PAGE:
University of Birmingham

Country: United Kingdom
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  • Project . 2006 - 2010
    Funder: UKRI Project Code: EP/P502322/1
    Funder Contribution: 2,393,690 GBP
    Partners: University of Birmingham

    Doctoral Training Partnerships: a range of postgraduate training is funded by the Research Councils. For information on current funding routes, see the common terminology at Training grants may be to one organisation or to a consortia of research organisations. This portal will show the lead organisation only.

  • Funder: UKRI Project Code: 2098537
    Partners: University of Birmingham

    Escherichia coli (E. coli) has multiple acid resistance systems which protect the cells against low pH. One of these systems is AR2, which requires the presence of amino acid glutamate in the growth media. AR2 can be activated by exposing exponential phase cells to a pH of 5.5 for 30-60 mins. Cells respond to this induction by showing increased levels of survival upon exposure to pH levels of 2.5 and below. In our study we are comparing the survival of different E. coli species such as commonly used K-12 lab strains- BW25113 and MG1655, the pathogenic strain O157:H7 and a probiotic strain Nissle 1917, when exposed to extreme acid stress at pH 2.5 with and without their AR2 system being induced at different growth stages such as exponential, late-exponential, and stationary phase. Furthermore, we are examining how the bacterial signalling molecule indole can inhibit the induction of AR2 system by either directly or indirectly binding to EvgAS, one of the two component systems involved in induction of AR2 system.

  • Funder: UKRI Project Code: EP/E005691/1
    Funder Contribution: 256,248 GBP
    Partners: University of Birmingham

    Computer simulations have become essential tools to help understand, and even to predict, the results of chemistry experiments. Many fundamental processes require the quantum mechanical nature of molecules to be taken into account for a realistic simulation. At present, however, we are unable to treat correctly the dynamics of more than a few atoms using quantum mechanics. As a result, one has to simulate either a reduced model system exactly, or the full system using approximate methods such as classical molecular dynamics. A useful route to overcome the limitations is to treat part of a system using quantum mechanics, and part of the system using more approximate methods. The proposed research aims to develop a promising new mixed dynamics algorithm in which the all important, but theoretically difficult, interaction between the different parts of the system is treated rigorously.As a test of the method we propose to simulate experiments that scatter water molecules off the surface of a protein. The scattering process will be described using full quantum mechanics, while the protein environment will be described dynamically and explicitely, but more approximately. Results should give insights into the nature of solvation at the molecular level.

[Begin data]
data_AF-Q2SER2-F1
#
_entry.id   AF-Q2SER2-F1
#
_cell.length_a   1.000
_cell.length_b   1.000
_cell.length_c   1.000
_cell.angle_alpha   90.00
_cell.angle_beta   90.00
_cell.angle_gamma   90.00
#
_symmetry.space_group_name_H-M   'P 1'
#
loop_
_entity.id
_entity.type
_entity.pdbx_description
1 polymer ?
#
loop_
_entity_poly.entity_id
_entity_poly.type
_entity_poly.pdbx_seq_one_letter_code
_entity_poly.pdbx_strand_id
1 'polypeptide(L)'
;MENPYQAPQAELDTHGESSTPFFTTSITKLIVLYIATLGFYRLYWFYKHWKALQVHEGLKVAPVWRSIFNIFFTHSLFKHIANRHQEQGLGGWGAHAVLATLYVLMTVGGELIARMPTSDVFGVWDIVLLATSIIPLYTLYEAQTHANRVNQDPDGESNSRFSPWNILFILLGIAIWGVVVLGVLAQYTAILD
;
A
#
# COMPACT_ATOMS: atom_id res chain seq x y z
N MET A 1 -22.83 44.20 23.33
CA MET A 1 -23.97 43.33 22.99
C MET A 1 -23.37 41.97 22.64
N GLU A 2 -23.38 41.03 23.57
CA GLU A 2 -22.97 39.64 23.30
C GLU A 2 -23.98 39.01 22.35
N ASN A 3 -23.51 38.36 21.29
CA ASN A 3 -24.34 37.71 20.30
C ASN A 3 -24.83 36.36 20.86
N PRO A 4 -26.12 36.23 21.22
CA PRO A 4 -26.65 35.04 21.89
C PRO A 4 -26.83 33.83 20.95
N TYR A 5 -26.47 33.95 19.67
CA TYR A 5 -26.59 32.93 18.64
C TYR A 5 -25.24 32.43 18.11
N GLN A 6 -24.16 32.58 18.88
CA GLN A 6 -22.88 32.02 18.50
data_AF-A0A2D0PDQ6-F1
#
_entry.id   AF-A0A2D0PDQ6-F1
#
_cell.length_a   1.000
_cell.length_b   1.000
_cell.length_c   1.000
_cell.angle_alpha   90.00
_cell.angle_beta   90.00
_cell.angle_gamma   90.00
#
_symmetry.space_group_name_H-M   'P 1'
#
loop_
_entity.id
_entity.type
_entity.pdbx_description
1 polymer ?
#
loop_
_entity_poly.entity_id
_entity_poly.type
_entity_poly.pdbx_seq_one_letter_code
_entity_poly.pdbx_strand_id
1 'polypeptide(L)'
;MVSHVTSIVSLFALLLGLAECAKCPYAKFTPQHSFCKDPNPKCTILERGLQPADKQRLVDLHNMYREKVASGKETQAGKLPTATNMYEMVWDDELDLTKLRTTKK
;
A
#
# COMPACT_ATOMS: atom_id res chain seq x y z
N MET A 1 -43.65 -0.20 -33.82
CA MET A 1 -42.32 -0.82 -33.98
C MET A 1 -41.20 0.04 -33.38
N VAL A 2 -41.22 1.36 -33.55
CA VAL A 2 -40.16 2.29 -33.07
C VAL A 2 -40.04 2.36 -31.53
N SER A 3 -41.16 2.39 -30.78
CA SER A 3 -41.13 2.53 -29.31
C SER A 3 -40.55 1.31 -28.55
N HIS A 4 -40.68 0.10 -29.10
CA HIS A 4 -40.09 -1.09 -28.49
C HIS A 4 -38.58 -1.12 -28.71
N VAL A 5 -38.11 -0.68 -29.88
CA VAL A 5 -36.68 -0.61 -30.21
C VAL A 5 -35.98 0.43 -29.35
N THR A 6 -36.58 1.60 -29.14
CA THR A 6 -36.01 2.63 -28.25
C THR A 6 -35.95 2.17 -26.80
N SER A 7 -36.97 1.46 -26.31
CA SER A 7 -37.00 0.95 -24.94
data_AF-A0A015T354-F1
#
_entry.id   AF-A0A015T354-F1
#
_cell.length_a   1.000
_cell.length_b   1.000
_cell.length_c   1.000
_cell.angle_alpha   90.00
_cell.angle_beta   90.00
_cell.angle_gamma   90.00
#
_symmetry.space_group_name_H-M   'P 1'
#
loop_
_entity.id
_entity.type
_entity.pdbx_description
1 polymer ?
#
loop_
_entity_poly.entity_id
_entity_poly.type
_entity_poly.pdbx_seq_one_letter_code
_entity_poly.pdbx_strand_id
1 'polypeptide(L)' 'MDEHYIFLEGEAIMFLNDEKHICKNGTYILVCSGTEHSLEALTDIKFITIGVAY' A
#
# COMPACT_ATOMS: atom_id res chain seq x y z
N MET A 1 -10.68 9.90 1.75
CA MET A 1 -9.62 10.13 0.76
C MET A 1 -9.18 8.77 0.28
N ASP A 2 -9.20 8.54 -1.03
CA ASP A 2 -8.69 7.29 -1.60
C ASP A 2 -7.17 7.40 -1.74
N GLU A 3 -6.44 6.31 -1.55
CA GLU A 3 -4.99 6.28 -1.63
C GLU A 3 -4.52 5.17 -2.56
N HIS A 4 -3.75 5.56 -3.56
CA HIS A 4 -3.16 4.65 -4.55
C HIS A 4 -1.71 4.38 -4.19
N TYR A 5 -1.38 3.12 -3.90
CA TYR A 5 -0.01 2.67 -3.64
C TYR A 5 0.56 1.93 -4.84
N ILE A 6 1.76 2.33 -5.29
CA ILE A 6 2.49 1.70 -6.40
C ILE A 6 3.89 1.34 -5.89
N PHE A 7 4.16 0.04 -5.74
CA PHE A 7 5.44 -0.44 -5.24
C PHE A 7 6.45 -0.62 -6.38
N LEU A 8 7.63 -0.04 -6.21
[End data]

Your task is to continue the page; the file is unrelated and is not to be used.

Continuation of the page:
• Funder: UKRI Project Code: 1960462
    Partners: University of Birmingham

    Modelling and design of new interferometers for precision metrology with either passive or active suppression of the impact from spatial laser beam distortions, to support the design of new ground-based gravitational wave detectors such as the Einstein Telescope and LIGO upgrades'

  • Funder: UKRI Project Code: BB/N014200/1
    Funder Contribution: 370,730 GBP
    Partners: University of Birmingham

    Antibiotics underpin modern medical, veterinary and farming practices worldwide. However, the efficacy of antibiotics is decreasing. A simple genetic system called mar, which can provide protection against multiple antibiotics, will be the focus of our project. Briefly, mutations in this system result in triggering of bacterial defences. Consequently, the bacterial cell is able to protect itself from many different toxic agents. We seek to identify and understand all of the cellular pathways that link this defence system to antibiotic resistance. By understanding pathways to drug resistance, we will provide new opportunities to control bacterial infections. Importantly, the pathways we will investigate are similar in many microbes. As a result, our findings will be applicable to many bacterial infections and so of broad interest. Antibiotics are often used with no knowledge of the infecting microorganism. Hence, widespread use of antibiotics favours the emergence of antibiotic resistant bacteria. Our experiments will be done using a bacterium called E. coli. This organism is commonly found in people and animals, including pigs. Furthermore, pigs are among the most common recipients of antibiotics in the EU and the number of serious E. coli infections in people is increasing. Indeed, the type of E. coli we will investigate has acquired mutations in the defence system we will study. Therefore, we will address a major health issue relevant to the UK animal food production industry as well as animal and human health. Importantly, this application comes at a time when there are global calls for a better understanding of antibiotic resistance.